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How Do 1031 Deferred Exchanges Work



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By : David Cowley    99 or more times read
It seems that no matter what you do with your money or where you put it, the government wants some part of it. You can't even buy a cheap and greasy fast food meal without paying taxes on your plate of poison these days! And when it comes to property sales, many homeowners and sellers are looking for ways to cut back on that tax liability of theirs, and 1031 deferred exchanges may be the answer or at least part of the answer for many. These arrangements have become more and more popular in recent years and many are taking advantage of them. But what exactly are 1031 exchanges, and how do they work? What are the benefits, and what are the requirements? Of course you should consult with an attorney to be sure of all the requirements for you, but we can give you a general review in this brief article.

Paying Taxes on Equity

The government typically assumes that if you sell a home that has equity in it, that amount of money that you make over and above any mortgages or liens on the home should be considered as profit. Typically a seller would then pay taxes on that amount at the end of the year. However, with 1031 deferred exchanges, you may actually put off paying taxes on this home for some time. How so?

The IRS Code provides for a deferment of taxes on the disposal of a property if that property is replaced with the reinvestment of the proceeds from the sale into another property of equal or greater value. The arrangement of 1031 deferred exchanges provides for the idea that there has been no real equity from the sale of the property since it has been traded or exchanged for property of approximately the same value.

Taxes Deferred, Not Excused

It's important to remember that deferred means that your tax bill is not excused; it is simply deferred or put off. When the property you've purchased as a replacement is sold then the original gain you received along with any additional gain from this sale is then subject to taxation. Of course, this is assuming that there will be gain from the sale of the second property, but that tax bill will of course eventually become due.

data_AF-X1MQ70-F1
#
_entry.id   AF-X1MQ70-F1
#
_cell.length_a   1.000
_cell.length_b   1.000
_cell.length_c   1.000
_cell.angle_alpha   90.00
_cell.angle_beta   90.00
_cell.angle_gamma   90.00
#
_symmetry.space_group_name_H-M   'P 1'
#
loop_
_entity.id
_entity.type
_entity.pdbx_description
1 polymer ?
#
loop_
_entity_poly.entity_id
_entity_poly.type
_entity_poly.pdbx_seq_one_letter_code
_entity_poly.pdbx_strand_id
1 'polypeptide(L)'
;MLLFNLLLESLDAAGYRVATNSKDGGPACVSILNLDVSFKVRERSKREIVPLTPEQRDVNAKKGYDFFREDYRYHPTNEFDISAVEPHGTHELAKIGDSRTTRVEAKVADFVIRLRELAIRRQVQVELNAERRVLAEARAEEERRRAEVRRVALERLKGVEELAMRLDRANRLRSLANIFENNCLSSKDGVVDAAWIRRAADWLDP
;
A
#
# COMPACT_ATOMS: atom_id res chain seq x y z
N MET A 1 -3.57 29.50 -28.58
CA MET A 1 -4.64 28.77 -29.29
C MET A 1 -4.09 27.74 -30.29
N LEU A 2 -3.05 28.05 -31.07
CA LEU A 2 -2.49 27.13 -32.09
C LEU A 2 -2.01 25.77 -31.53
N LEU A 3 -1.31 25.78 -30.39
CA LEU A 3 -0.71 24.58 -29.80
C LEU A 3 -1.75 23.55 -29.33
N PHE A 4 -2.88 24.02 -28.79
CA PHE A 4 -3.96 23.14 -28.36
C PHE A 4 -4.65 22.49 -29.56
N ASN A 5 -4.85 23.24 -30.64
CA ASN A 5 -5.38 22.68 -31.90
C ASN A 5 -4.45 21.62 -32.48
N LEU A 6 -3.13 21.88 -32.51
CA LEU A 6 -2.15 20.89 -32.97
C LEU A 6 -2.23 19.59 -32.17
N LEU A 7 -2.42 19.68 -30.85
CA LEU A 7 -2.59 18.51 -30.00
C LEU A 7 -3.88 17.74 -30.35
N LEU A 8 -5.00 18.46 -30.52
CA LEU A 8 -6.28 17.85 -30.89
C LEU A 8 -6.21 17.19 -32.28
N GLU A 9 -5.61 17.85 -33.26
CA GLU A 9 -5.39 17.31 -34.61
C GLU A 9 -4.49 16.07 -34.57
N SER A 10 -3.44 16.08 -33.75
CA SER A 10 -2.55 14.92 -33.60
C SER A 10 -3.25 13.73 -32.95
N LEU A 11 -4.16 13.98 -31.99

Benefits of 1031 Deferred Exchanges

Why would a property owner investigate such an option? One of the most obvious benefits of the deferred exchanges is that if you are allowed to defer your tax bill, then you have that money available to you to invest to do what you want with it, rather than making a payment to the government for it. Also, if you are able to defer you tax bill you can then reallocate your investment in your portfolio without immediately paying taxes on those gains.

Requirements for 1031 Deferred Exchanges

Obviously there are some stringent requirements for a property sale and purchase to qualify for exchanges. For one, the value of the replacement property must be equal to or greater than the value of the property that has been sold or exchanged, as must the equity in the replacement property.

Also, the debt on the replacement property must be equal to or greater than the debt on the exchanged property, and all proceeds from the sale of the relinquished property must be used to acquire the replacement property. The seller of the property may not receive the proceeds or take receipt of funds for the sale in any way. The seller also has only 180 days to after the sale of the relinquished property to complete the exchange.

These of course are just some basic requirements for 1031 deferred exchanges. You should of course consult a property attorney before you agree to such an exchange to be sure that your taxes will in fact be deferred.
David Cowley has created numerous articles on real estate investing. He has also created a Web Site dedicated to real estate investing. Visit http://www.rgvre-team.com

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